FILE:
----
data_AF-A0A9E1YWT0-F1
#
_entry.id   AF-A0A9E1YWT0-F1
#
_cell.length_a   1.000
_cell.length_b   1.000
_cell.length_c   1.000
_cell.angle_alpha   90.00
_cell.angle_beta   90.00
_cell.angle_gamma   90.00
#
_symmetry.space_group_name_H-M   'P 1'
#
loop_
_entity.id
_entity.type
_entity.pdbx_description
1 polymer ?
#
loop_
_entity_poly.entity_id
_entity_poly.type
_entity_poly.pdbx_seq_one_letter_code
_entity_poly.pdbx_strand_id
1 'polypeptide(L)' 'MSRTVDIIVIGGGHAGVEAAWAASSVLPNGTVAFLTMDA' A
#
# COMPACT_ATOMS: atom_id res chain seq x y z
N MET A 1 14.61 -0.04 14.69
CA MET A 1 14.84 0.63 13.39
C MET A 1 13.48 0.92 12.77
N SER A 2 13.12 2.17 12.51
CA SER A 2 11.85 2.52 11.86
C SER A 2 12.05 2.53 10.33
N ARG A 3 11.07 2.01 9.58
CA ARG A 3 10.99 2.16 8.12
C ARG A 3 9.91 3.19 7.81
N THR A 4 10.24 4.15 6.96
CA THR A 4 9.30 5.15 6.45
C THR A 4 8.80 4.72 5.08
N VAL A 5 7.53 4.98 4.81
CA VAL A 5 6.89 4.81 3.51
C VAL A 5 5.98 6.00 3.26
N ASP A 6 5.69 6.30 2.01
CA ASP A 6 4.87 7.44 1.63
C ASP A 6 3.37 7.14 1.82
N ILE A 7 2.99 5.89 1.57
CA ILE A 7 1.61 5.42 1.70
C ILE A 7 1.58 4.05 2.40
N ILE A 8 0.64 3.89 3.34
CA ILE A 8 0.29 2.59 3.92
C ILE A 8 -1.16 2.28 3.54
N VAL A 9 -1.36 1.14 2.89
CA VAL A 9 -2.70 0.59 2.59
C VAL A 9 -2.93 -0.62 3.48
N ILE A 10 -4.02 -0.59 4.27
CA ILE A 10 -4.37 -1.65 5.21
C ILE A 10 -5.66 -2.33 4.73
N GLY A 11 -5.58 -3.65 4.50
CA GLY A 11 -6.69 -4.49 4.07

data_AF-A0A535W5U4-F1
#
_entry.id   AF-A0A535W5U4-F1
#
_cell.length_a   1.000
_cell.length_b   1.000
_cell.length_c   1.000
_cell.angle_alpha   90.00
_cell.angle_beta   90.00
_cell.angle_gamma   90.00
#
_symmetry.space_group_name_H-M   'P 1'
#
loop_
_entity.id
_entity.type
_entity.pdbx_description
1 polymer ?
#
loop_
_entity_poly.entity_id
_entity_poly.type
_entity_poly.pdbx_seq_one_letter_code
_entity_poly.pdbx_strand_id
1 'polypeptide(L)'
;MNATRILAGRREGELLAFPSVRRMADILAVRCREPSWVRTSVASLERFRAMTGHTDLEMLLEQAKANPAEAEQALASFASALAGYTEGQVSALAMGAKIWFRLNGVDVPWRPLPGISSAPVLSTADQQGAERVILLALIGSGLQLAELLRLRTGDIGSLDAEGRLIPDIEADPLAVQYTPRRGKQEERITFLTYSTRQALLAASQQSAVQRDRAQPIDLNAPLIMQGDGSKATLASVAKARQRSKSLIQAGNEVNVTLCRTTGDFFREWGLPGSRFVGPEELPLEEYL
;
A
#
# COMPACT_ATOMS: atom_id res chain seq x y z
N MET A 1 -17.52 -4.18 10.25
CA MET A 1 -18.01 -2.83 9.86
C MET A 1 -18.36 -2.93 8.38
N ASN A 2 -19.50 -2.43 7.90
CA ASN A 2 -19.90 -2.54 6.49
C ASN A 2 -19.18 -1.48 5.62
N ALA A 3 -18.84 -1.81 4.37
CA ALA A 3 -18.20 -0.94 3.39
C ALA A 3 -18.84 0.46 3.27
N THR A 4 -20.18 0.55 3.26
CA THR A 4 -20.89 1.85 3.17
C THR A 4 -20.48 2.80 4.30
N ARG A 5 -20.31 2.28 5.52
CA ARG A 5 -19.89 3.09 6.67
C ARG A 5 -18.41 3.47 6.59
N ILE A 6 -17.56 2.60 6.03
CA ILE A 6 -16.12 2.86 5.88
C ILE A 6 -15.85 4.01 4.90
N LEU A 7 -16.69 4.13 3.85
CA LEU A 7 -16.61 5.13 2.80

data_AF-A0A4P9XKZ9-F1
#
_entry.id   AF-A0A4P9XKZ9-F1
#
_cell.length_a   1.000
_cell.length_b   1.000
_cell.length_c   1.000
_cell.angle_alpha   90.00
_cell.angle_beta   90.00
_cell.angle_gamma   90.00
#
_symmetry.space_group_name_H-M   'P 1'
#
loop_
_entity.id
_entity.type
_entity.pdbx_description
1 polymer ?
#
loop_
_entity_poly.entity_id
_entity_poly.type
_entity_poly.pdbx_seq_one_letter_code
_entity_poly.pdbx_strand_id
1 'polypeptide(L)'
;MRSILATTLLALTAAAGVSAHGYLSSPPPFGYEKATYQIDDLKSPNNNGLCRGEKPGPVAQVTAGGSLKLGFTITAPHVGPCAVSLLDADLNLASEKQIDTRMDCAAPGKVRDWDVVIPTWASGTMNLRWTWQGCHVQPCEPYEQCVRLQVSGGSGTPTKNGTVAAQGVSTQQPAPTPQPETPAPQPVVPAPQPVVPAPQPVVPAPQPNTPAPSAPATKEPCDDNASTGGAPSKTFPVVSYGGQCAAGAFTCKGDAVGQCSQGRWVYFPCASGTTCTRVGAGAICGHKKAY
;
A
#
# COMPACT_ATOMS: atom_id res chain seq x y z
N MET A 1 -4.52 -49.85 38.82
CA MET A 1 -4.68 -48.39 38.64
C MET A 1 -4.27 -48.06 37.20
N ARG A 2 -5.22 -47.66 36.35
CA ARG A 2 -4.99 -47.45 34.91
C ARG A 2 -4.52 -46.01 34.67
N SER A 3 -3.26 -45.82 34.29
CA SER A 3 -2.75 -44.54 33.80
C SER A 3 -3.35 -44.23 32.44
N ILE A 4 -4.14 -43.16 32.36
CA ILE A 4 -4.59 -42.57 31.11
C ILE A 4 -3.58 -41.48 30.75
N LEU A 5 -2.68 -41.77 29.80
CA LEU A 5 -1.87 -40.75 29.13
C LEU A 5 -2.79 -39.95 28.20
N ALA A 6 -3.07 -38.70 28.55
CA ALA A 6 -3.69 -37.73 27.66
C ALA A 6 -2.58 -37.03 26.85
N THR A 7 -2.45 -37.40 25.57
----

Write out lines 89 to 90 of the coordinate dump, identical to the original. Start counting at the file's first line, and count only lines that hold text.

# COMPACT_ATOMS: atom_id res chain seq x y z
N MET A 1 -17.52 -4.18 10.25